But an undefeated season is asking too much.

Star sophomore wide receiver DeAndre Brown, who last month reaggravated a broken left leg he sustained in last season's New Orleans Bowl, is not participating in contact drills during August camp. Though he should play this season, will he perform at the level of a year ago, when he had 67 catches for 1,117 yards and 12 touchdowns?

Also, the schedule really isn't as favorable as you might think. Among the opponents Southern Miss plays outside of Conference USA are Virginia, Kansas and Louisville. Kansas is a strong contender to win the Big 12 North, and that game is in Lawrence.

Virginia and Louisville aren't championship contenders in their leagues, but they won't be pushovers, either. Though Virginia only managed five wins last season, one of them was by 15 points over Conference USA champion East Carolina.

In addition, Southern Miss closes the season against Houston, Marshall, Tulsa and East Carolina - with three of those games on the road. The Golden Eagles definitely have a chance to win all those games, but none can be taken for granted.

I wouldn't say it's impossible for Southern Miss to go unbeaten, but it is highly unlikely. Set your sights on winning Conference USA, then hope for the best.

Room for Locker?

From: Jon in Knoxville, Tenn.: Adrian Peterson was the top recruit as a tailback in 2004. Considering Bryce Brown was the top recruit as a tailback in the 2009 recruiting class, how would you compare the two?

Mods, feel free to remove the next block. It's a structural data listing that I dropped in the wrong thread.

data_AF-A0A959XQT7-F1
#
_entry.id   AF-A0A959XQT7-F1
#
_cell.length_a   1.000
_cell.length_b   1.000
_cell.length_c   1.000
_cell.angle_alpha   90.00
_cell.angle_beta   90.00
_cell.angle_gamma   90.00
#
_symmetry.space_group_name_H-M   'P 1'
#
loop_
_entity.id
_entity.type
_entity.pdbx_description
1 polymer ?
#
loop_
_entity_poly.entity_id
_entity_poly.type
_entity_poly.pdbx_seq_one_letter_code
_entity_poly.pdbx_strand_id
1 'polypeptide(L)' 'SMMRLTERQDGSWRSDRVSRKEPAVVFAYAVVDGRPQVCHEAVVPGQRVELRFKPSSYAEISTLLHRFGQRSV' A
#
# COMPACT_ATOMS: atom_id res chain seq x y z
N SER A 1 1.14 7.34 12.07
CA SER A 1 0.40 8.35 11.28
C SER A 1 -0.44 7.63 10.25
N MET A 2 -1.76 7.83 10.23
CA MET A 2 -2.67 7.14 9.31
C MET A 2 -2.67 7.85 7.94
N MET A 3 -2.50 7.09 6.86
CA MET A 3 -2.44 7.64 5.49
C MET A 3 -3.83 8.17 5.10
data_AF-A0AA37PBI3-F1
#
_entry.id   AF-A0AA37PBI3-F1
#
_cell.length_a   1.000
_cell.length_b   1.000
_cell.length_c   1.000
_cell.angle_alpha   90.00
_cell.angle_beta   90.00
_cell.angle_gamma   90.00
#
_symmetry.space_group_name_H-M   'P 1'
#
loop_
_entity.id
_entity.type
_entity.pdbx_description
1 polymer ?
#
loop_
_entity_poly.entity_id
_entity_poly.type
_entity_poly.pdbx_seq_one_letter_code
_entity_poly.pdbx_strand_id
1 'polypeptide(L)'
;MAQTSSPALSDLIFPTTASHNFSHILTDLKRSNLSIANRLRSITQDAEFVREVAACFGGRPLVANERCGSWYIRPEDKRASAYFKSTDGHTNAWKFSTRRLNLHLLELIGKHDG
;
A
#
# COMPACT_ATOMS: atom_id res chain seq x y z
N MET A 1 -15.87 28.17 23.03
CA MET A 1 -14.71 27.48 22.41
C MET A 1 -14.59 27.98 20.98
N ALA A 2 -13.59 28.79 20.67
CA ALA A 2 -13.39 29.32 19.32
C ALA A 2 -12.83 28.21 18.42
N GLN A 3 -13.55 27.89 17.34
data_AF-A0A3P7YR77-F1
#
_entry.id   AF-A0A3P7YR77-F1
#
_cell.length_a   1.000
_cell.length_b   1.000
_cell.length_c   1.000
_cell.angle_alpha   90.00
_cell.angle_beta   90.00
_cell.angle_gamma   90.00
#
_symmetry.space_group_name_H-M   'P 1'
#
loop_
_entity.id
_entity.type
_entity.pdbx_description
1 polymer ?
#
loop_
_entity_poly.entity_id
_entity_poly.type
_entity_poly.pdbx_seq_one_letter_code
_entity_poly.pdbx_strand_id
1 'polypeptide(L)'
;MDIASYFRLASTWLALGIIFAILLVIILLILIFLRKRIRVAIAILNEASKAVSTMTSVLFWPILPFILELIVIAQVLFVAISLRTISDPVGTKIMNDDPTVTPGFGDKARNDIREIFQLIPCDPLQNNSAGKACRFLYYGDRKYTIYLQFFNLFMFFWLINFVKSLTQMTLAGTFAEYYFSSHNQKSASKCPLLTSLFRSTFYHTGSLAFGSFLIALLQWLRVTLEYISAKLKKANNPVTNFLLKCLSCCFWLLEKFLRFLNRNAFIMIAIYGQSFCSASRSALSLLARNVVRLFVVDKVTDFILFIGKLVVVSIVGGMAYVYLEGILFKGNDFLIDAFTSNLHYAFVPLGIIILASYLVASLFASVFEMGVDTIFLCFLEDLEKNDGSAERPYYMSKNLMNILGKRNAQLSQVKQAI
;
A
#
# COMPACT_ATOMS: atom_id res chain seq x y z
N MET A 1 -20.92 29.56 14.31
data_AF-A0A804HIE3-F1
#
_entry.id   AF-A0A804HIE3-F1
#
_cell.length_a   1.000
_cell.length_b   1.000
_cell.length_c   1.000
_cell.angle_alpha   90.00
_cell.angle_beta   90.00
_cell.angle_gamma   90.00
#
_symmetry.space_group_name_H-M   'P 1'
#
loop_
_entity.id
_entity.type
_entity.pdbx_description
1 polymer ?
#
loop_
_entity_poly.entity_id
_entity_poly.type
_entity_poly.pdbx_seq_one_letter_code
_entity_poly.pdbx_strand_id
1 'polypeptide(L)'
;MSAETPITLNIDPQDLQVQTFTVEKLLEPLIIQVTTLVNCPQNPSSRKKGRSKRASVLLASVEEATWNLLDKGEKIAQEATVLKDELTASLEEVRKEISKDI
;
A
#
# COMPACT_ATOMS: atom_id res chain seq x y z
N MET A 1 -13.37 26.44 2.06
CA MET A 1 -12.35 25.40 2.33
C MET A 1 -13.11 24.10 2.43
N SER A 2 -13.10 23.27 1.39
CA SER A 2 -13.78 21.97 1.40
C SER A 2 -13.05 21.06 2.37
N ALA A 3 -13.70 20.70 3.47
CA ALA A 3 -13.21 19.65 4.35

Any comparisons to Peterson would be grossly unfair to Brown.

Peterson is generally considered the best current running back in the NFL and might be the best back in Oklahoma history, which says volumes considering the Sooners have produced three Heisman-winning runners - Billy Sims, Billy Vessels and Steve Owens.

Remember, Peterson rushed for almost 2,000 yards as a true freshman at Oklahoma and finished second to USC's Matt Leinart in the Heisman voting. Don't look for Brown to match that.

And don't forget that Peterson played high school football in Texas, where he faced much stronger competition than Brown faced in Kansas.

Olin Buchanan is the senior college football writer for Rivals.com. He can be reached at olin@rivals.com.